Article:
Before we can really talk about pornography, we have to know what it is. Of course, defining “pornography” is notoriously difficult. There's even a quote from a former United States Supreme Court Justice saying “perhaps I could never succeed in intelligibly doing so”.1 I usually don't like going to dictionaries for answers, because dictionaries are often behind-the-times on social issues, but here, I'll go ahead and ask a dictionary. At the time I'm writing this, Wiktionary defines “pornography” as:

The explicit depiction of sexual subject matter, especially with the sole intention of sexually exciting the viewer.

That wasn't so hard.2 So, we're basically talking about stories, pictures, videos, and so on, of people having sex or being in sexual situations, whatever that means.

Anyway, sounds great, right? I mean, most people enjoy a certain amount of sexual excitement. And, compared with other ways of getting sexually excited, pornography is incredibly low-risk and easy to use. I suppose if you print lots of pornographic magazines, that consumes the Earth's resources, which is kinda bad, but we now have the Internet. And I don't think anyone has ever been physically abused by their porn, or gotten pregnant from it, or anything like that.

And it gets better: Exchanging honest depictions of anything helps people, because knowledge is good. Exchanging ideas helps people understand things better and learn about other people's perspectives. As I've mentioned before, this is especially important right now for sexual stuff. Our society has nowhere near enough honest conversations about sex and sexuality. Sure, there's lots of sex and sexuality in our society, but it's mostly yucky. Like, even more yucky than most of the other stuff in our society. That's pretty damn yucky. So we could definitely use more good pornography.

But wait!

Since I already quoted one famous person in this post, I might as well quote another.

...pornography is the orchestrated destruction of women's bodies and souls; rape, battery, incest, and prostitution animate it; dehumanization and sadism characterize it; it is war on women, serial assaults on dignity, identity, and human worth; it is tyranny. Each woman who has survived knows from the experience of her own life that pornography is captivity--the woman trapped in the picture used on the woman trapped wherever he's got her.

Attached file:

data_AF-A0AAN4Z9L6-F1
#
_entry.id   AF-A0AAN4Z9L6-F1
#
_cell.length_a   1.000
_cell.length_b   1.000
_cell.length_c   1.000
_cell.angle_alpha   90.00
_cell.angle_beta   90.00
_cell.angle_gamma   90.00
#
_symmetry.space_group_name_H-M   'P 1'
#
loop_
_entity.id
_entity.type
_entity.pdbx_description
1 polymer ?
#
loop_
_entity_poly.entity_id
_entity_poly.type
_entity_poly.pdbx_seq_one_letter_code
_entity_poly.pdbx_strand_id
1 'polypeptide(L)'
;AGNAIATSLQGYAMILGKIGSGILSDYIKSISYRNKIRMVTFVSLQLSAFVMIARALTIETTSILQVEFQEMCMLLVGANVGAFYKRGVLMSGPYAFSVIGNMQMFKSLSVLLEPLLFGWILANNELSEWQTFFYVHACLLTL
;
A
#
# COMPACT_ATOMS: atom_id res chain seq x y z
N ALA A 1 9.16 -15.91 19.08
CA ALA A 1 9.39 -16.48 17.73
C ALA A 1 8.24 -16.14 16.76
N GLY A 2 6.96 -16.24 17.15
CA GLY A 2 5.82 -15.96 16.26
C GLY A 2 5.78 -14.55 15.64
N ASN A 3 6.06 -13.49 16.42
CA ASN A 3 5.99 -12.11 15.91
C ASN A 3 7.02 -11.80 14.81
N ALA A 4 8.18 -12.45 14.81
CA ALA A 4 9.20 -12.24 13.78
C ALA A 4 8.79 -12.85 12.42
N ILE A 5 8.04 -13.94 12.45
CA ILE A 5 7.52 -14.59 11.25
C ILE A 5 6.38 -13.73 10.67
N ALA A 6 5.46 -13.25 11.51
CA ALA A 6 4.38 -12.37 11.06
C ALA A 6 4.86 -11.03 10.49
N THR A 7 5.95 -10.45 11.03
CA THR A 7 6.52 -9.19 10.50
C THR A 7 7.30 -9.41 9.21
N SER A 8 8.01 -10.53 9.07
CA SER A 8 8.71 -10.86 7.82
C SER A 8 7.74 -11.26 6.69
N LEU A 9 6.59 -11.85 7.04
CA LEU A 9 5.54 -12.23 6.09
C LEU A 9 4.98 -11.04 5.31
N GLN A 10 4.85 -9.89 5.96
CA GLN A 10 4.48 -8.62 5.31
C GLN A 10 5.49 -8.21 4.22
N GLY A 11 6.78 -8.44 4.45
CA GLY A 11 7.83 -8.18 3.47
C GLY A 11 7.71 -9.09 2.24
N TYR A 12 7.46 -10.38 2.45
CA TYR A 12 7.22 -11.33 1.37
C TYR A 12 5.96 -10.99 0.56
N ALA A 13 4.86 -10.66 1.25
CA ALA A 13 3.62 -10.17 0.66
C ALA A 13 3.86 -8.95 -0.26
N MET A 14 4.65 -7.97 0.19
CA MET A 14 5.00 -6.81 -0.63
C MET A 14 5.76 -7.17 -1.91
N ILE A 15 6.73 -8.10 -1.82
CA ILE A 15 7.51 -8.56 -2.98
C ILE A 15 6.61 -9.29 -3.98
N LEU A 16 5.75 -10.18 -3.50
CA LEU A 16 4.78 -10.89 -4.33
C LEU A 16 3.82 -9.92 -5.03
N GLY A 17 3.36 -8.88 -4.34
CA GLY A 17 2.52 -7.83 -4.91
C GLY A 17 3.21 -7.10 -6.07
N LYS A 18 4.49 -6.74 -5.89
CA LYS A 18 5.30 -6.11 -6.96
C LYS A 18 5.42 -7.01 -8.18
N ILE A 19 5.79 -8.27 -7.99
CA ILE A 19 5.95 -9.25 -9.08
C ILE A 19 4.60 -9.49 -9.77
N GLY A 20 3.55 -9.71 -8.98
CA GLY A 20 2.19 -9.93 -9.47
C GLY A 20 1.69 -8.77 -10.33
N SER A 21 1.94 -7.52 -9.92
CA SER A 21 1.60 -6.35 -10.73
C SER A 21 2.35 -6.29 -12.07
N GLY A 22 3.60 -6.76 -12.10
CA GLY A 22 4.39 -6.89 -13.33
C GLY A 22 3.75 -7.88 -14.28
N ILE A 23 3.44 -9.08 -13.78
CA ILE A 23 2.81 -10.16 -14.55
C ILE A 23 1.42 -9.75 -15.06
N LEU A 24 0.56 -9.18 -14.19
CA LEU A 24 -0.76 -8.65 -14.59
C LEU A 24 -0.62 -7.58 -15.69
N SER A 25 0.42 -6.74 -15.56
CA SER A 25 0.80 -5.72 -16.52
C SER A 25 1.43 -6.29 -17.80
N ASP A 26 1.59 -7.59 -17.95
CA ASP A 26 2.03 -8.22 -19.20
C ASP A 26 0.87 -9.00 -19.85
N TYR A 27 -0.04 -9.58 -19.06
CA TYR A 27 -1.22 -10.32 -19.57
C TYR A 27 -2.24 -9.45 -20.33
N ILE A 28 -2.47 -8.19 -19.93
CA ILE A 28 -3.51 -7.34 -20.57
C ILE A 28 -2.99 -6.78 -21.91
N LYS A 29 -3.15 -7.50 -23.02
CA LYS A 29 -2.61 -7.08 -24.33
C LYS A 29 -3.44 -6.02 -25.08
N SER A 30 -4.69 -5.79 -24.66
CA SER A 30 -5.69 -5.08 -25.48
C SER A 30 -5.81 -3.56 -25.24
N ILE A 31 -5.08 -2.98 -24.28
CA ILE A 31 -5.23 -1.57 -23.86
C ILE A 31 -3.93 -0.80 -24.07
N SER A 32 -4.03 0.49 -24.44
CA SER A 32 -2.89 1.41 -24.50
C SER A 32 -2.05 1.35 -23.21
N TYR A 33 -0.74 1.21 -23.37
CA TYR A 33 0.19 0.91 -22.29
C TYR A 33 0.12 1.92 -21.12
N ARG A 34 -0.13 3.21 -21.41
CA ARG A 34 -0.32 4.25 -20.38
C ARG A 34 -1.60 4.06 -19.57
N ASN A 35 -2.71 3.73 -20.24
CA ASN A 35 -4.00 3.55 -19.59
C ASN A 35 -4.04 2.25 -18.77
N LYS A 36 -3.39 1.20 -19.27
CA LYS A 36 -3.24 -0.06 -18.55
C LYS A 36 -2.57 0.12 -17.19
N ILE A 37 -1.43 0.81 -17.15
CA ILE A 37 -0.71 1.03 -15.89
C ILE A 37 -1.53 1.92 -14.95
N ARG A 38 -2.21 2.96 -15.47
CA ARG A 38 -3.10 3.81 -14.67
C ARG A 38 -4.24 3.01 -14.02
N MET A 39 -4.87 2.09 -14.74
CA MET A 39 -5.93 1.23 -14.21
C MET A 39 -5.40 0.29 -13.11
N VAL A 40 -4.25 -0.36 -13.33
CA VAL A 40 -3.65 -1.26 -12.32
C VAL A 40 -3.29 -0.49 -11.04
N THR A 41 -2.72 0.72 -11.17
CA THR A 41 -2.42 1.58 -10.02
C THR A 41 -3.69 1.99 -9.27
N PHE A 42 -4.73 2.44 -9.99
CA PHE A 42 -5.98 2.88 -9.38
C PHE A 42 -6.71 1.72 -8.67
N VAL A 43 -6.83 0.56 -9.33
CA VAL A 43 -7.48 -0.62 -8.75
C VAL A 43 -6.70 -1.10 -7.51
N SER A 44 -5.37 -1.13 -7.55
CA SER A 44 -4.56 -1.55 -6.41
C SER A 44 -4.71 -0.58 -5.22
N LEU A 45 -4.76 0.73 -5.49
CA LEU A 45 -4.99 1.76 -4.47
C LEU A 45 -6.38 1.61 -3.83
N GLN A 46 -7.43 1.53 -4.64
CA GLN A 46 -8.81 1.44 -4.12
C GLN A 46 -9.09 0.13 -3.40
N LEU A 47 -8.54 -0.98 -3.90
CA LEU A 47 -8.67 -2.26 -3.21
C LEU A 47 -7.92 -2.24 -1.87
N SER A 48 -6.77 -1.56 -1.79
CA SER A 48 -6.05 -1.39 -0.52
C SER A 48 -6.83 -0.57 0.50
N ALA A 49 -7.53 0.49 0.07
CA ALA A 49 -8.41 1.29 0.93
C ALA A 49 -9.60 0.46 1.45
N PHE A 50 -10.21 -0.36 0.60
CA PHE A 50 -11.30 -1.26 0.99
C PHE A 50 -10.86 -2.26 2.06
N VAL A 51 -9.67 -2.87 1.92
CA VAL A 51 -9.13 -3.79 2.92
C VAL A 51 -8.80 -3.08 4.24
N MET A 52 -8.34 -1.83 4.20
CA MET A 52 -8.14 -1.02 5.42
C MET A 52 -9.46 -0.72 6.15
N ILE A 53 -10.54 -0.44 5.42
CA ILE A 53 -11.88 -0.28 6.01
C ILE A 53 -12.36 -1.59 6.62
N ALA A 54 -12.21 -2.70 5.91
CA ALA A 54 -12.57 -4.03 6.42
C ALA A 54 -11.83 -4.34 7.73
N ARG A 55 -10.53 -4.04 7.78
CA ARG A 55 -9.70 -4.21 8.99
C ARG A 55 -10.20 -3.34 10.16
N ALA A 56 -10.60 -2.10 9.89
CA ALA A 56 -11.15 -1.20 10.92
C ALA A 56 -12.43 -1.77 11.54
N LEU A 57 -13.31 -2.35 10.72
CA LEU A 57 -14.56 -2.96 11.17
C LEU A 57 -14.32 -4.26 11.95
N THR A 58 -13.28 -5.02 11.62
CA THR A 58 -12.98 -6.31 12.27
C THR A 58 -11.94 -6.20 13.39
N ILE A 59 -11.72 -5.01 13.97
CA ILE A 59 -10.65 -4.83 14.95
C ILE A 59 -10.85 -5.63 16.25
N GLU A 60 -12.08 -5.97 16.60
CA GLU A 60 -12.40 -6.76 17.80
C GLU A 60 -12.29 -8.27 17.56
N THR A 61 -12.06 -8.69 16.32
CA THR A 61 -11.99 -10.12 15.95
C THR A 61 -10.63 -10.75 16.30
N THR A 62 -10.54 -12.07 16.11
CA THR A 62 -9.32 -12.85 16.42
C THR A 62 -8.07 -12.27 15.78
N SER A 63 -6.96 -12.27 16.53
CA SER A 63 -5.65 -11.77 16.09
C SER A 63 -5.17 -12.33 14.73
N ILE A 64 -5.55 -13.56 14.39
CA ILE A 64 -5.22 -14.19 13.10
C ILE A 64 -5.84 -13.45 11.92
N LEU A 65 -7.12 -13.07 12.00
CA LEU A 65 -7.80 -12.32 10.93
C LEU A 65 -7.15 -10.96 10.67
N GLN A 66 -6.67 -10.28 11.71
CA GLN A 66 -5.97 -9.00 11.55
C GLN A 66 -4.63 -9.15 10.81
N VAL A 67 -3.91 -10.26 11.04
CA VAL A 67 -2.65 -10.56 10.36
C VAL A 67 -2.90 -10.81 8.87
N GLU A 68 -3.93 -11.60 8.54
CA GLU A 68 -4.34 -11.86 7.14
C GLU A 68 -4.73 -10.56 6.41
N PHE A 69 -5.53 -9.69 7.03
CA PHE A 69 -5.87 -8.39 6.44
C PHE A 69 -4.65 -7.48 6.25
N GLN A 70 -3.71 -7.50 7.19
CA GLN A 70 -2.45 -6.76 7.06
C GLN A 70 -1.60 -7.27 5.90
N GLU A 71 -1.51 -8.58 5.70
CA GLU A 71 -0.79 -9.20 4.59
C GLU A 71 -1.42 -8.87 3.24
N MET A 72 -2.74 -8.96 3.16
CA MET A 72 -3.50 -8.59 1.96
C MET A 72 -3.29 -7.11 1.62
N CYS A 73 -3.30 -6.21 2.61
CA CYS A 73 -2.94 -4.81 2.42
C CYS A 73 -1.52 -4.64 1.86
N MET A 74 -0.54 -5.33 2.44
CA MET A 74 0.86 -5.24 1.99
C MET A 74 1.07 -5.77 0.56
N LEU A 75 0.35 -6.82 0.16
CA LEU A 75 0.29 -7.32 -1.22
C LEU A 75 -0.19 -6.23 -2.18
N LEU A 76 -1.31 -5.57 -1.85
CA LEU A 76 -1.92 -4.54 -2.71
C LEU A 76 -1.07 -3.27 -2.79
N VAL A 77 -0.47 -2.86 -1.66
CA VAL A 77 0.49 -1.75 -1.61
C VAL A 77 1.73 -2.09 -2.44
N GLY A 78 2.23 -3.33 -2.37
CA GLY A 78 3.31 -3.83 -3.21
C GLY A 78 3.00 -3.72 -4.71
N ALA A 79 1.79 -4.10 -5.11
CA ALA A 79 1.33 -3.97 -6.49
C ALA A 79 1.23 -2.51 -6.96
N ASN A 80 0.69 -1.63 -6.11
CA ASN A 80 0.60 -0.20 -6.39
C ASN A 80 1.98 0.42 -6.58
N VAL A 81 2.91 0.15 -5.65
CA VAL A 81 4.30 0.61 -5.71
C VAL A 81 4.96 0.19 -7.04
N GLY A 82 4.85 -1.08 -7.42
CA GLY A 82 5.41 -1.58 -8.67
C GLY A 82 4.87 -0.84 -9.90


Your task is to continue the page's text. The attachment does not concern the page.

That's Andrea Dworkin.3 I'm quoting Dworkin because ze's essentially the icon of anti-porn feminism. I disagree with some of the things ze says,4 and there are definitely some problems with zir writing, but ze did have a lot of insight and a lot of influence on the feminist movement.

So, um. How did we get from “Pornography is pretty cool” to “Pornography is totally evil”?

Let's take a step back and I'll tell you something. I've been watching some porn videos recently. Free, online porn videos, to be specific. I won't give links, because I have a policy of not linking to things that are openly racist, sexist, and so on,5 but they're not hard to find.

“But Eli”, you say, “How can you enjoy porn if you don't feel sexual attraction to people?”. It's a valid question. And, first, it's true – I don't enjoy most porn. But there's some porn that I do enjoy. Although I don't feel sexual attraction, my mirror neurons are fully functional. When I'm watching a porn video, I can feel as if I'm one of the people in the video, and imagine how it feels to be doing what they're doing. You could say that I identify with them.

But, in mainstream porn, with very, very few exceptions, I can only identify with the female characters.6 I'd kind of like to be able to identify with the male ones, because they have bodies that are more like mine. But when male characters do appear in the porn I've been watching, they just don't act like they're enjoying themselves. When they're on top, or standing, they hold themselves in a really stiff way, and don't relax. When they do relax, when they're supposedly receiving pleasure, they just go limp. They don't squirm around like I would or like the female characters do. In short, their bodies are more like mine, but their behavior is so much less like mine that I can't relate to them at all.